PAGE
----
Technovation 26 (2006) 1244–1252 www.elsevier.com/locate/technovation
An evaluation model of new product launch strategy
Yi-Chia ChiuÃ, Benson Chen, Joseph Z. Shyu, Gwo-Hshiung Tzeng Graduate Institute of Business Administration, National Chung Hsing University, 250 Kuo-Kuang Road, Taichung 402, Taiwan
Abstract The objective of this article is to develop an empirically based framework for formulating and selecting a product launch strategy. Managers usually face Fuzzy decision scenarios. Traditional decision-making methods fail to satisfy a manager’s need in this regard. Thus, a hierarchical fuzzy multi-criteria decision-making (Fuzzy MCDM) method for evaluating a new product launch strategy is proposed in this study. In order to show the practicality and usefulness of this model, an empirical study of the Taiwan IC industry is demonstrated. The results show that the fast follower strategy is the most applicable. r 2005 Elsevier Ltd. All rights reserved. Keywords: Launch strategy; Product strategy
1. Introduction Launching new products to market quickly is a prerequisite for acquiring a competitive advantage. Today, even some product development managers face intense pressure to bring world-class products to market in record time. Many factors contribute to this pressure, including acceleration in the rate of technological development, improved mass communication, more intense competition due to the maturing of markets and globalization, fragmentation of the marketplace due to changing demographics, shorter product life cycles, and the escalating cost of R&D (Ali et al., 1995). This accelerated rate of product obsolescence increases the need to develop new products quickly enough to ensure timely introduction during the product life cycle (Coredero, 1991). To be successful, perhaps even to survive, a company must master product strategy and skillfully navigate through proper development, and application and management of a product strategy that separates enduring success from failure (Mcgrath, 2000) Conventional new product strategies often do not provide a sufﬁciently ﬂexible perspective for analyzing the determinants of success in a highly competitive environment (Calantone and di Benedetto, 1990). Although, much ÃCorresponding author. Tel.: +886 3 5614388; fax: +886 3 5614387.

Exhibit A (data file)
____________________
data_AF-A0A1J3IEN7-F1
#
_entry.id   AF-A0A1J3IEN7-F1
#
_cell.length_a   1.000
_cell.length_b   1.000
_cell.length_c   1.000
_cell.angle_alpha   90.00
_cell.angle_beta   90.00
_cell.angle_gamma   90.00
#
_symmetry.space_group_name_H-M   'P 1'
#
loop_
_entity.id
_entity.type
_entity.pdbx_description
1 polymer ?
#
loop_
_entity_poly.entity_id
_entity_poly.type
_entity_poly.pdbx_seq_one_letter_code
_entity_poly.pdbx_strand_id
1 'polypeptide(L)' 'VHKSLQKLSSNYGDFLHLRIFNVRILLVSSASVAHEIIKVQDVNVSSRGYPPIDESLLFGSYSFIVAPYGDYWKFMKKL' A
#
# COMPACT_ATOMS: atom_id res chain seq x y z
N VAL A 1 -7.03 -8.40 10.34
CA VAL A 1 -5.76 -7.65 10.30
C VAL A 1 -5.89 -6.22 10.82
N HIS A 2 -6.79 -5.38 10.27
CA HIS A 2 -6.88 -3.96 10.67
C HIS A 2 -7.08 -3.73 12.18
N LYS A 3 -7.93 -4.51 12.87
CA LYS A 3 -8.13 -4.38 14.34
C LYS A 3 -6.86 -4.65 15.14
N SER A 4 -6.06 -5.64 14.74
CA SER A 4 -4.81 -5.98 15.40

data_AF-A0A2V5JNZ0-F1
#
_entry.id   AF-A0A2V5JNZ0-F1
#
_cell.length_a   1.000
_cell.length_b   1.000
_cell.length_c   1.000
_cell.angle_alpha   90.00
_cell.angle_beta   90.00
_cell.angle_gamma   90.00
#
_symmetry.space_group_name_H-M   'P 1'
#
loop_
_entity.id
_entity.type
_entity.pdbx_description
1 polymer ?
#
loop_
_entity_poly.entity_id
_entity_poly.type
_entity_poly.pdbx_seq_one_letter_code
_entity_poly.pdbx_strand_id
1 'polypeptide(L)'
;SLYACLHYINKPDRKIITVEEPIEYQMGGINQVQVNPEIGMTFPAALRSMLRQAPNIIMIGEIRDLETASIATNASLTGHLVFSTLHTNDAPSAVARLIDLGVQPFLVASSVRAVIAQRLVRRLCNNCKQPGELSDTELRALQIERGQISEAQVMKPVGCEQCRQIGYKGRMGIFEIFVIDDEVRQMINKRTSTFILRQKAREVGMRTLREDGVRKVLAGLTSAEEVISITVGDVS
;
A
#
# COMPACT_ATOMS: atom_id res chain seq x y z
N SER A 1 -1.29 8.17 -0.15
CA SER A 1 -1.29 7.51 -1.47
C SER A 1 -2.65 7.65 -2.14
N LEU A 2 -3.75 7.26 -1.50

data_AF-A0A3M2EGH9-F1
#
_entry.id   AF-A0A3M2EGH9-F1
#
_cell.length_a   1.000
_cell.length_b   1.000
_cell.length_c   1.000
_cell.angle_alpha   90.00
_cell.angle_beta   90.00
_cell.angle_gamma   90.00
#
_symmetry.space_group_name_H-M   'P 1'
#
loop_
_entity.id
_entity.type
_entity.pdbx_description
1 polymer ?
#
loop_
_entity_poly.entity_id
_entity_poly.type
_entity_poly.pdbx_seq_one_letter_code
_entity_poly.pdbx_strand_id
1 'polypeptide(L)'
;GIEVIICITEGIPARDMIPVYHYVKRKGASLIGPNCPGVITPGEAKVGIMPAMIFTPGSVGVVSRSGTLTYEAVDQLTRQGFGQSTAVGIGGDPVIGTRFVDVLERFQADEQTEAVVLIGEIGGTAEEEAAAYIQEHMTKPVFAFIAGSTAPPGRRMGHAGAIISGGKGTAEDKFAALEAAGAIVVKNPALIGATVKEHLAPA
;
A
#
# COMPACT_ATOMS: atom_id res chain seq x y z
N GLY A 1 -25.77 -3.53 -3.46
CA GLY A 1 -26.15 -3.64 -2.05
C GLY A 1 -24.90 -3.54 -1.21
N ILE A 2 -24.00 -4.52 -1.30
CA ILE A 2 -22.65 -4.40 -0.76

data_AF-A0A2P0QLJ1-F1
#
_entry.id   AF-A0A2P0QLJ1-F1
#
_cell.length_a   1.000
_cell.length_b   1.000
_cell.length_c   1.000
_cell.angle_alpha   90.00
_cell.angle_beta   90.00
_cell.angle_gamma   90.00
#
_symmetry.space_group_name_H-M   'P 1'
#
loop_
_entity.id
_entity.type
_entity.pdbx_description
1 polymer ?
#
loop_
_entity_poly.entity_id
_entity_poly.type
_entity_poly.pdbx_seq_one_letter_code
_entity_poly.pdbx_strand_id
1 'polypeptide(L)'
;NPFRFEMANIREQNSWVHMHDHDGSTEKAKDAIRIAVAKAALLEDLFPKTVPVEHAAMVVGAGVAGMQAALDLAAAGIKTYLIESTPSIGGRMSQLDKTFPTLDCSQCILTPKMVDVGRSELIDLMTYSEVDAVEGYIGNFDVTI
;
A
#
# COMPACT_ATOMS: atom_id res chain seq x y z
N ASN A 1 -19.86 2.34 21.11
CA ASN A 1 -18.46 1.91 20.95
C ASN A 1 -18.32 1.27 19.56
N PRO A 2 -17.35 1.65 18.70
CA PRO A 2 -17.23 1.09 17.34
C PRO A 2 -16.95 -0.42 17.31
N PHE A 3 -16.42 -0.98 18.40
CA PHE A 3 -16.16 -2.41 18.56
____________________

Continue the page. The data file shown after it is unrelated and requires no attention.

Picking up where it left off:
E-mail address: firstname.lastname@example.org (Y.-C. Chiu). 0166-4972/$ - see front matter r 2005 Elsevier Ltd. All rights reserved. doi:10.1016/j.technovation.2005.09.002
empirical work has shown the importance of strategy for success (Cooper, 1980), authors sometimes show their own results as limited by certain environmental forces in subsequent studies (cf., Cooper, 1990). A number of issues recur as consistent correlates of new product success. One of the common factors identiﬁed is the impact of the new product’s launch strategy on success (Hultink et al. 1997). Droge and Calantone (1996) examined the relationships among environment, strategy, structure and performance in the context of new product development. Muffatto (1999) introduced a platform strategy in product development. Ali et al. (1995) investigated the relative impact of product innovation and entry strategy on cycle time and initial market performance for small ﬁrms. Barczak (1995) proposed that a ﬁrm’s choices of new product strategy, structure and process are interrelated, as are the effects of these choices on NPD performance. Hultink and Robben (1999) and Hultink et al. (1997,1998) constituted a launch strategy and examined how such decisions impact new product performance. Although previous research has investigated the concept and contents of new product performance and product launch strategy, there is still no consensus on decisions related to how a launch strategy is selected and formulated. Moreover, while other success differentiators have been researched extensively, studies that derive the details of the anatomy of a launch strategy, and the...